MGI Tipster – Volume 12, Issue 2

February 14, 2013   |   Vol. 12   |   Issue 2
To Recruit and Keep Members, Speak to What They Value



It’s benefits—not features—that members really want. They generally don’t care what an organization has. It’s what members get from an organization that’s important. If what they get suits their needs then they have found something of value. If valued, benefits then meet people’s aspirations and inspire their emotions.

There is a four-step progression that elevates an association from listing the features it offers to something far more valuable— providing emotional need. Each step along the way adds impact and brings a deeper and more lasting connection between members and what their association offers.

When marketers promote their organization, the Value Identification Grid (outlined below) is a great tool for refining features from items on a list to drivers of emotional needs.

Aspirations

Let’s step back a moment to review what it is that people want. Many studies have described the core human drivers, and here is a convenient way to look at them:

  • People want to be: up to date, efficient, good at what they do, promoted
  • People want to gain: time, comfort, respect
  • People want to avoid: discomfort, worry, embarrassment
  • People want to become: satisfied, wanted, the best

Our job as marketers is to convince prospects how the “things” an organization offers can be redefined to reflect people’s aspirations to “be, gain, avoid, and become.”

The Value Progression

There is a logical four-step sequence that moves us from everyday features to higher aspirations. It progresses from feature to benefit, benefit to value, and value to emotion.

Here are definitions and examples of each of the four steps:

  1. Feature: what an organization offers, tangible and intangible—a newsletter or an education course.
  2. Benefit: what a member receives from the features and how it helps fulfill needs—knowledge from a newsletter or education from a course of study.
  3. Value: what a member interprets as the return on investment—was the cost worth the price?—knowledge from a newsletter or education from a study course may give the member something concrete … a promotion, a better job, a higher salary.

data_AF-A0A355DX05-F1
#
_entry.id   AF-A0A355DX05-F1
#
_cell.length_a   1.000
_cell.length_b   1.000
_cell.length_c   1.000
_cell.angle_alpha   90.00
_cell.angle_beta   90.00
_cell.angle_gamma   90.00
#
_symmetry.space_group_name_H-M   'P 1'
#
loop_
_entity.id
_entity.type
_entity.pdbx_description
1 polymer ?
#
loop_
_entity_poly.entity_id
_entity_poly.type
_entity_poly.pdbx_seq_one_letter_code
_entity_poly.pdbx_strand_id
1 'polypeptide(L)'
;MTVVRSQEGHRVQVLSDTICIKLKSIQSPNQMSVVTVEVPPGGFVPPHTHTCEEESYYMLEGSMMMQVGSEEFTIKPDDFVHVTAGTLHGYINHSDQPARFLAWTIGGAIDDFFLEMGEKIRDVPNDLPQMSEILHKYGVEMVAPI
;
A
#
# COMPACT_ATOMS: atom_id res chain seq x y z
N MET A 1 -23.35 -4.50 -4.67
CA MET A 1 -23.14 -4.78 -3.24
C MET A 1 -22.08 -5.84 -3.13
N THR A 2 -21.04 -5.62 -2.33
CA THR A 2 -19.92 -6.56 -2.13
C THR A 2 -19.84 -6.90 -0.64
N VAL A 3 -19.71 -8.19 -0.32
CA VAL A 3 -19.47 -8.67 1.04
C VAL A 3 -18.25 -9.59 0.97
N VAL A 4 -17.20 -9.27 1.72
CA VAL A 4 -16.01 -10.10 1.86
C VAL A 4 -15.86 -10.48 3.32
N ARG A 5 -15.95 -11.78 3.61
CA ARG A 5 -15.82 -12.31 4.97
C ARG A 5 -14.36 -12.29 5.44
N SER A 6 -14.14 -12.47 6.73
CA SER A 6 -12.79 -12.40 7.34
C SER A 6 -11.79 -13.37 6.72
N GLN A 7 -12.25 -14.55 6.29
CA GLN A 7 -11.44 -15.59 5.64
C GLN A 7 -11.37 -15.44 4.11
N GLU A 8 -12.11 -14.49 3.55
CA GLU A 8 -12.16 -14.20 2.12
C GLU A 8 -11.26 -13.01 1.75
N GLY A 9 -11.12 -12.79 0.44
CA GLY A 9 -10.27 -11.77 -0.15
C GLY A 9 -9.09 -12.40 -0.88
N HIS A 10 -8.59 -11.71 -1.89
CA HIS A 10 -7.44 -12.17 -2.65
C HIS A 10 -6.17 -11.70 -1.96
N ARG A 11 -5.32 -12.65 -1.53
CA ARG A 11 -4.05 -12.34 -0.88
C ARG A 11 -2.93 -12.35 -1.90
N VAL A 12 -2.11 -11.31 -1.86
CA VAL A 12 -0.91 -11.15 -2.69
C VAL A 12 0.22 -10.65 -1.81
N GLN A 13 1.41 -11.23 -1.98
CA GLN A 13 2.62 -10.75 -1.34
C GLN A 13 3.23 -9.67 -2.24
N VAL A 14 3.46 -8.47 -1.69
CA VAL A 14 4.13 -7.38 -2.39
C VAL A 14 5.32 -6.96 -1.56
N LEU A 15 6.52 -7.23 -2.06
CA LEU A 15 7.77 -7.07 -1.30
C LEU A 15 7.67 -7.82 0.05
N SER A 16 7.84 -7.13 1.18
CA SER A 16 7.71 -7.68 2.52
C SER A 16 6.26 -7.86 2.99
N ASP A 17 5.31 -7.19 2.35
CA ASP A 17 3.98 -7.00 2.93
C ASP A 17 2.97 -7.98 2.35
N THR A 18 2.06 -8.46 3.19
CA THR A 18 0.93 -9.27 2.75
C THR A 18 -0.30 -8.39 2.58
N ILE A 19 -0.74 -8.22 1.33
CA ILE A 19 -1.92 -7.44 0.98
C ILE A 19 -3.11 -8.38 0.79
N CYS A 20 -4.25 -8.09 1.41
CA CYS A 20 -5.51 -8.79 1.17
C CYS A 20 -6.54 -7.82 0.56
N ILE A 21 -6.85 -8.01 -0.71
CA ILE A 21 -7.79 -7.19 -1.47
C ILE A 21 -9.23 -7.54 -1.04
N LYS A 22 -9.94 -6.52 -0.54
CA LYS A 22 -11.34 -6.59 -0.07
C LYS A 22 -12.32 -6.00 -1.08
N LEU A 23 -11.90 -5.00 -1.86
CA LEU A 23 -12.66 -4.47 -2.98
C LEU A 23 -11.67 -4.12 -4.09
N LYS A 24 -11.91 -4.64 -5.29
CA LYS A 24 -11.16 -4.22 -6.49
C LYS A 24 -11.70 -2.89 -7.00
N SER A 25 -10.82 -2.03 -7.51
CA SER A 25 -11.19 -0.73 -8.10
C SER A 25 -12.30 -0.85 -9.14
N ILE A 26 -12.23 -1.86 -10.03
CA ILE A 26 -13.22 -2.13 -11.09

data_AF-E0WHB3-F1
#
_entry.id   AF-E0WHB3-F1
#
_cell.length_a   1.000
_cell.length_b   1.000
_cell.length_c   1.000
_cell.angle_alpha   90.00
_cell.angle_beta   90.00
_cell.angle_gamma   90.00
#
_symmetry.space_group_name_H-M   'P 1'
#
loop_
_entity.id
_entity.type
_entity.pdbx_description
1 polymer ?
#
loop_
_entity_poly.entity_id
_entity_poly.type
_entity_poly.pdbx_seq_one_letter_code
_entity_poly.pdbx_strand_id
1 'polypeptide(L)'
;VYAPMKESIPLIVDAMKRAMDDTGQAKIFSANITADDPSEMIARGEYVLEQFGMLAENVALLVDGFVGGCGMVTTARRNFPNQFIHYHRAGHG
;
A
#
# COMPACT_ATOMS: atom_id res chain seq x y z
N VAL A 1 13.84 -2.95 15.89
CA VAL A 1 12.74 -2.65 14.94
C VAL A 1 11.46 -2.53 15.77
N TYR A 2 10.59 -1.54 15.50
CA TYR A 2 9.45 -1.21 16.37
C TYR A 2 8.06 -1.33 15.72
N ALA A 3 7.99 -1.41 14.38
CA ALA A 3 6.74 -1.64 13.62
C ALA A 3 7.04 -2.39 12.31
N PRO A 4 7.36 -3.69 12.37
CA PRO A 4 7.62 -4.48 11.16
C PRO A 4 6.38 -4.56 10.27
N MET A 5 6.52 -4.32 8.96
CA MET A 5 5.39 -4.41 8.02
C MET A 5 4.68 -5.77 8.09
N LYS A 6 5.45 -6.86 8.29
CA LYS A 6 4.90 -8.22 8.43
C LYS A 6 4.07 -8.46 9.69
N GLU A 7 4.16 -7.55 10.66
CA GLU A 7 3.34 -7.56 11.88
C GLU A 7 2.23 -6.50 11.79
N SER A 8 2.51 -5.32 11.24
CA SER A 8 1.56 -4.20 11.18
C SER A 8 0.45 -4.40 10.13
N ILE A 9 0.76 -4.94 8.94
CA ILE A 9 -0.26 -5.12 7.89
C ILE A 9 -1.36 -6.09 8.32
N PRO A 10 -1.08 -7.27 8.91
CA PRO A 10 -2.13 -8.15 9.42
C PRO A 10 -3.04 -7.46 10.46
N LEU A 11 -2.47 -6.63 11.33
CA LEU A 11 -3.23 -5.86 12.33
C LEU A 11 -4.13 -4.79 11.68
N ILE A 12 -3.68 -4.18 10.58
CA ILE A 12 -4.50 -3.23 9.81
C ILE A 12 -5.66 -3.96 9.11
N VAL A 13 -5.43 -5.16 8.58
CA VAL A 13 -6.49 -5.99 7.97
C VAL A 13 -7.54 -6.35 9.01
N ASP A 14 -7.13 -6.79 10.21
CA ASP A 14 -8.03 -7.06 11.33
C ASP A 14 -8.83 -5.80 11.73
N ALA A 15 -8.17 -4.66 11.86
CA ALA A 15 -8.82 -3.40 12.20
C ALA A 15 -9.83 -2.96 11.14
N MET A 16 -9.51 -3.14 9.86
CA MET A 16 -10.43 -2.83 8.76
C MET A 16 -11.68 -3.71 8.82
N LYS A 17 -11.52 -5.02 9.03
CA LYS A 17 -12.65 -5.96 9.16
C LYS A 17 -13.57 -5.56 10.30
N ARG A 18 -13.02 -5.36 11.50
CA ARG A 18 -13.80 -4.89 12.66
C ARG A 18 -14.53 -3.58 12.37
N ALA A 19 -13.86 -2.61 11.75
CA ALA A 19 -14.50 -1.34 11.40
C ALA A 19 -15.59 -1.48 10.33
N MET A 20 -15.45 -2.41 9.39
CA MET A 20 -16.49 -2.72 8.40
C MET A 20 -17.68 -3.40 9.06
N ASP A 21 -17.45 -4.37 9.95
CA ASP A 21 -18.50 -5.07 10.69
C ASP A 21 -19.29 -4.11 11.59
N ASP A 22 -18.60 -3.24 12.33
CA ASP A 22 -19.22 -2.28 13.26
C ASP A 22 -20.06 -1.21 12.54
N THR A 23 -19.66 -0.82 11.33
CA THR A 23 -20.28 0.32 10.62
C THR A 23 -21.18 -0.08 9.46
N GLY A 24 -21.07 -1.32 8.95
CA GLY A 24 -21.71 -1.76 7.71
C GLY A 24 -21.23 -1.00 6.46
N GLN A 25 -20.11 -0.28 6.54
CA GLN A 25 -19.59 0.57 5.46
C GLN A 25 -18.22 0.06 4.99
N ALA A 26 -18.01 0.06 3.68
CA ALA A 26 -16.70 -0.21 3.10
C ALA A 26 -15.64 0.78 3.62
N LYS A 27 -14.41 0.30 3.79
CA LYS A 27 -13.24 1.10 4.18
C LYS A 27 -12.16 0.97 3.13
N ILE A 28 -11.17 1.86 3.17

4. Emotional Drivers: how the value gained satisfies one or more basic human needs—a promotion or new job with a higher salary, for example, may fulfill an inner need for increased self-worth and respect of others.

Here is how these four steps are connected to use them as a marketing tool.

The Value Identification Grid

The Value Identification Grid is a way to structure the value progression. The grid shows the four steps, and this example uses three rows, but list as many as you need.

Value Identification Grid

Features

Complete this column first because the others build upon it. Make a listing of all the goods and services your organization offers. Continuing education is our example of a feature, but you may want to add certification programs, advocacy, conferences and meetings, magazines, discounts, and so on.

Benefits

This column takes the features to the next level by personalizing them and speaking to what people want rather than what the organization gives. Benefits are far more robust, more personal, and more powerful motivators than features.

The two benefits in our example speak to what continuing education does for people: it keeps them up-to-date and satisfies licensing requirements. You may have additional benefits to add to the list.

Value

Value is part of the mental equation most of us use to judge the utility of a purchase, such as membership. If a feature turns out to be a benefit so worthwhile that it’s valuable, then promoting the value of an organization’s benefit is more effective than just the benefit.

In our example, benefits do more than keep people up to date: they may enable us to do our jobs better, perhaps leading to a job promotion.

Emotional Drivers

The final step links the original feature to an emotional response. Beyond value, the benefit affects how we feel about ourselves and life, such as feelings of increased confidence and self-worth.

And so we have effectively repositioned the feature—continuing education—to a valuable benefit that can satisfy human aspirations, such as the desire for success and prestige.

Application

Compare these two sentences and how much more compelling is the appeal to an emotional driver rather than a simple feature.

When you join the association, as a member you’ll be eligible for continuing education courses for just $59 per credit.

OR …

Our continuing education programs will increase your understanding and elevate your skills, building on your experience and perhaps taking your career to the next level—all for just $59 per credit.

The Takeaway

Use the Value Identification Grid to move what your organization offers through the four-step process from everyday descriptions of features to copy that is more engaging, informative, and persuasive because it focuses on emotion and need.

Want to Know More?

If you would like additional information about the Value Identification Grid and elevating features to emotional drivers, contact one of MGI’s editorial directors, Bill Schaffner at 703.706.0306 or Page Stull at 703.706.0354, or send us an email at info@MarketingGeneral.com.

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